I just finished reading, “Leaving Microsoft to Change the World” by John Wood. What a compelling journey! It is about his life-changing efforts to share the gift of literacy with kids all over the world. At the beginning of this story, Wood was a high-powered executive for Microsoft in the 1990’s. Deciding to take a break from his demanding lifestyle, he went on a trek through the Himalayan mountains, he experienced the wonderful opportunity to meet and get to know the people from Nepal. He was struck by the scarcity of books for the children. What books they did have were rag-tag used copies of paperbacks. In Nepal, the illiteracy rate was 70%. At that time, 850 million people lacked basic literacy, meaning that 1 in 7 persons were lacking the ability to read or write a single sentence. I’ve seen first-hand the effects of illiteracy in our country. While waiting for a bus in downtown Harrisburg I encountered two young men who were on work release (they were wearing ankle monitors), and these two young men were unable to read the bus schedule. They were terrified that they would be unable to get to work on time and then get in trouble.
While John Wood was in Nepal interacting with the people he was told time and time again that the people in Nepal desperately needed and wanted books, and they also wanted to learn to speak English. The easiest way to solve both needs was to have a book drive in the U.S. and other English-speaking countries. So John contacted all the people he knew all around the world and organized a book drive. Books came in from everywhere. The logistics of transporting these books over such a distance also became a challenge. So John’s father, who was a Lion’s Club member, contacted the Lions Club in Nepal. They agreed to be the recipients and to initiate collection and distribution sites throughout Nepal.
Room to Read’s program supports a girl by paying school fees, buying her two uniforms, two pairs of shoes, a book bag and school supplies. She is also given health insurance, a bicycle (to get back and forth to school), and a mentor. Surprisingly enough, the cost of this per year is $300. At this point 16.6 million children have been helped by Room to Read. Room to Read attempts to educate all children, but their initial focus was on girls because young girls without an education are pushed into marriage at a very early age, and also because girls with an education tend to stay with their families and villages, making a lasting impact.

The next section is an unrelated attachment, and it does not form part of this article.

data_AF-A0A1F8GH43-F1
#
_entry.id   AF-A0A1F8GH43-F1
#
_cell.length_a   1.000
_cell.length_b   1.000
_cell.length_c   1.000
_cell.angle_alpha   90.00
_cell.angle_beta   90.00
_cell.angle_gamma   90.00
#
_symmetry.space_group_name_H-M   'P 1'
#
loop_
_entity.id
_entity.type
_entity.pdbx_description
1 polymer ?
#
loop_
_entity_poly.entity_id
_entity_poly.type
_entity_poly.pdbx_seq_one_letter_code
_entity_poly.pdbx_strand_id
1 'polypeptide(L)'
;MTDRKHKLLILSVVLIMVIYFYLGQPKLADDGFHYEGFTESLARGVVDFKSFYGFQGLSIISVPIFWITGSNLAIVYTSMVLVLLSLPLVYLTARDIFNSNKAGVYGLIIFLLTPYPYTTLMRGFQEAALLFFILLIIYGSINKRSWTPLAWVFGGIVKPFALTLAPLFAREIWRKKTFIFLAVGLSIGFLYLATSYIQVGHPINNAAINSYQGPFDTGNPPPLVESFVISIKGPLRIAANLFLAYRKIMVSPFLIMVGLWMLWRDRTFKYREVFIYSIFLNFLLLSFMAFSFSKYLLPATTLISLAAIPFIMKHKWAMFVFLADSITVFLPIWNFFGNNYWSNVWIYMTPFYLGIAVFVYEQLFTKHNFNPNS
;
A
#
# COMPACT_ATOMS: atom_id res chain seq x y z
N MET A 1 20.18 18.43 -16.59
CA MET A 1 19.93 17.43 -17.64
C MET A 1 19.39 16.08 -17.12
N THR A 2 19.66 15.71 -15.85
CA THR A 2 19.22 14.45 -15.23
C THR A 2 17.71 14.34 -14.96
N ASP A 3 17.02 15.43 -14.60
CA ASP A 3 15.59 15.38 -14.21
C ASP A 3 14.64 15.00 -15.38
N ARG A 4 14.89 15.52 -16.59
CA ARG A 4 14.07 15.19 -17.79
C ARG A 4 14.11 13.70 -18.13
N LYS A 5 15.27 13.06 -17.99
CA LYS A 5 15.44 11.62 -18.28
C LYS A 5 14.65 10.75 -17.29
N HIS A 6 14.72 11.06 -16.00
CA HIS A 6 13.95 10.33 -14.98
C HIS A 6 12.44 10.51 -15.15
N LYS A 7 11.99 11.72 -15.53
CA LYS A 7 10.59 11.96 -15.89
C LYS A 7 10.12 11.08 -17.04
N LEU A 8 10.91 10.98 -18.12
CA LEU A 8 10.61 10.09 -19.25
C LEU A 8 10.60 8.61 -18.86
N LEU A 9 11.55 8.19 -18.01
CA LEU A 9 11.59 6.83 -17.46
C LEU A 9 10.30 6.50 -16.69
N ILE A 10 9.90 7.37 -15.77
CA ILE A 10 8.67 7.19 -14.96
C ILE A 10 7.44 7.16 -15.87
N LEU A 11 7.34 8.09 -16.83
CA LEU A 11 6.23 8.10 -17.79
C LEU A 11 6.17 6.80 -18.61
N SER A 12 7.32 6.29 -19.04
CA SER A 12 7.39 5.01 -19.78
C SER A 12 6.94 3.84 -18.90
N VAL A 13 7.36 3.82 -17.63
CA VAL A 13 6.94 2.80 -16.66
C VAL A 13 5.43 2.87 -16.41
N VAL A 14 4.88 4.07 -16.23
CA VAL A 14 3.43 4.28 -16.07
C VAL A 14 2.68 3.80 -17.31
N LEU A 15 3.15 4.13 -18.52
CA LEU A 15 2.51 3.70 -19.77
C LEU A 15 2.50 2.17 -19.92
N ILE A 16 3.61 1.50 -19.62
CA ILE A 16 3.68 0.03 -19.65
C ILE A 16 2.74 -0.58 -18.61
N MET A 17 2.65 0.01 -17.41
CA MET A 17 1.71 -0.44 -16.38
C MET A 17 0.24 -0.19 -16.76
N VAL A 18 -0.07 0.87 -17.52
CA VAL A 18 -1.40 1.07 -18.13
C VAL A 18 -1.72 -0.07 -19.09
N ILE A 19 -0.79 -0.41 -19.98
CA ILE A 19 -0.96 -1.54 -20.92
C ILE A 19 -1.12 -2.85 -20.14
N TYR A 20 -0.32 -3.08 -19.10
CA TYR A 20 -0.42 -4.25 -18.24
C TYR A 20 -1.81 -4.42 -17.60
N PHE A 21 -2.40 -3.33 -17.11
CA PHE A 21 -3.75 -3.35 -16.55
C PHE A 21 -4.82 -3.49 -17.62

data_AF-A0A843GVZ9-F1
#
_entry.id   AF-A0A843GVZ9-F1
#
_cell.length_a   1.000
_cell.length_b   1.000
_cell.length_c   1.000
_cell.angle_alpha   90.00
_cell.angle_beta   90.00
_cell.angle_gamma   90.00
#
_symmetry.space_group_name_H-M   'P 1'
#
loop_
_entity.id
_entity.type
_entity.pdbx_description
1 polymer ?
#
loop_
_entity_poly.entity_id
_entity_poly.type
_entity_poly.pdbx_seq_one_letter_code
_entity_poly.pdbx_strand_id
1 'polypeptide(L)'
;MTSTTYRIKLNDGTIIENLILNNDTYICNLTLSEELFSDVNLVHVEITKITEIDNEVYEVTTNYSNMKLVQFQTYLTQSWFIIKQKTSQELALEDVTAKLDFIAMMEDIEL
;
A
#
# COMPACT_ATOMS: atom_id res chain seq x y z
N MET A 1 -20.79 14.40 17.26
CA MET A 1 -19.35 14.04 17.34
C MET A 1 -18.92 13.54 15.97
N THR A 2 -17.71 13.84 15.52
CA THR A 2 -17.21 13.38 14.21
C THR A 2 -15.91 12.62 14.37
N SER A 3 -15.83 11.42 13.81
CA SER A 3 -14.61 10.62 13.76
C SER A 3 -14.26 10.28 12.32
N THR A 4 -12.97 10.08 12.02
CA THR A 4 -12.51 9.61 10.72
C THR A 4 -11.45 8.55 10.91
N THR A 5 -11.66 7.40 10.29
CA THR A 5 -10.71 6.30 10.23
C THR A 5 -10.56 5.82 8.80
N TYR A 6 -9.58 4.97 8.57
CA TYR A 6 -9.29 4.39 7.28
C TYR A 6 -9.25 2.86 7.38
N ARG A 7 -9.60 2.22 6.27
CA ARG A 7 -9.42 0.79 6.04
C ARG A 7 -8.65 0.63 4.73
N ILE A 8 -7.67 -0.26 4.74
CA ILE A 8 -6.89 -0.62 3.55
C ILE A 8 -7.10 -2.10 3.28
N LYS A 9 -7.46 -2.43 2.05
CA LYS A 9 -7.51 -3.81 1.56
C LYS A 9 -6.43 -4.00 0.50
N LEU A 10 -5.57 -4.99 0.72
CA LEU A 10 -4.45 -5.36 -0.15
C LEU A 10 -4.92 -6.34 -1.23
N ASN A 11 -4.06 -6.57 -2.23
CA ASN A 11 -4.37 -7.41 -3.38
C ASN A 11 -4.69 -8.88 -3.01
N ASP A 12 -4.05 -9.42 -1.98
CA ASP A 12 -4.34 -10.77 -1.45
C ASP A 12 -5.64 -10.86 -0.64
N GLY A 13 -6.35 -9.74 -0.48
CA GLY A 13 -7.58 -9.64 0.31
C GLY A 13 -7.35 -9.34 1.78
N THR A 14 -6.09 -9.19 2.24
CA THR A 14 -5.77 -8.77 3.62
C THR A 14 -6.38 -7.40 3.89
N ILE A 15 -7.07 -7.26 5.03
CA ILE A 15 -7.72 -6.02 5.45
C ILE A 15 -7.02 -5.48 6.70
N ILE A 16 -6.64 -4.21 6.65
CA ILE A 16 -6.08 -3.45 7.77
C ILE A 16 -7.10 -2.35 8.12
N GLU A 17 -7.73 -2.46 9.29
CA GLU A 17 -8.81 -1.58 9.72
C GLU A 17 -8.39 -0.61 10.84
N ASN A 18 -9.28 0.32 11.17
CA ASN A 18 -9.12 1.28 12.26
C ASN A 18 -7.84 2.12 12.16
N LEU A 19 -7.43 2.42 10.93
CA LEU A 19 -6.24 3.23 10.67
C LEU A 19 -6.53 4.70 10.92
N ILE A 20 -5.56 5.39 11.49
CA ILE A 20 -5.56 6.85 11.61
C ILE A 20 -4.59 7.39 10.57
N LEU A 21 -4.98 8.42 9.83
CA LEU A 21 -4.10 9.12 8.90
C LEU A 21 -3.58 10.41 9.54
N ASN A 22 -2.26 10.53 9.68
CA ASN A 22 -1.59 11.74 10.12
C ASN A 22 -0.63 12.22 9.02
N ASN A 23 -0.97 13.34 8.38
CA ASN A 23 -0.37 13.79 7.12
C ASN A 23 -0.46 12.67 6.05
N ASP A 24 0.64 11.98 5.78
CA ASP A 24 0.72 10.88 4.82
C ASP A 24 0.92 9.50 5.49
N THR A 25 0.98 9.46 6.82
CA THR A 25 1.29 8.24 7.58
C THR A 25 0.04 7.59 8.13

There are a number of things you can do right here to help education. One is to donate and drop off school supplies at your local school, contribute to DonorsChoose, https://www.donorschoose.org/ which works with schools and teachers all over the country to help facilitate education.
A woman named Taleah Greve set up Embrace Books in West Michigan so that anyone who wanted a book could simply come in and take one. How easy is that? You can visit them on Facebook at https://www.facebook.com/EmbraceBooks/
Or simply drop off your General Mills Box Tops for Education at your school. They can be redeemed for school supplies and equipment and the best part is, they cost nothing!
Another great idea is to click on The Literacy Site https://theliteracysite.greatergood.com/clicktogive/lit/home. On their site, all you do is click on a button and that provides proceeds to fund books for children. I remember when my kids were in elementary school. Every so often, the school would have RIF day (Reading is Fundamental). My kids each got to pick out their very own book. They would be so excited and so happy. I still remember their joy.
One other thing you can do is to donate your used books to a local library or literacy center. Chances are you won’t reread them, and someone else could find use for them.
You are unique. Share that uniqueness.
“Compassion is the radicalism of our time.” Dalai Lama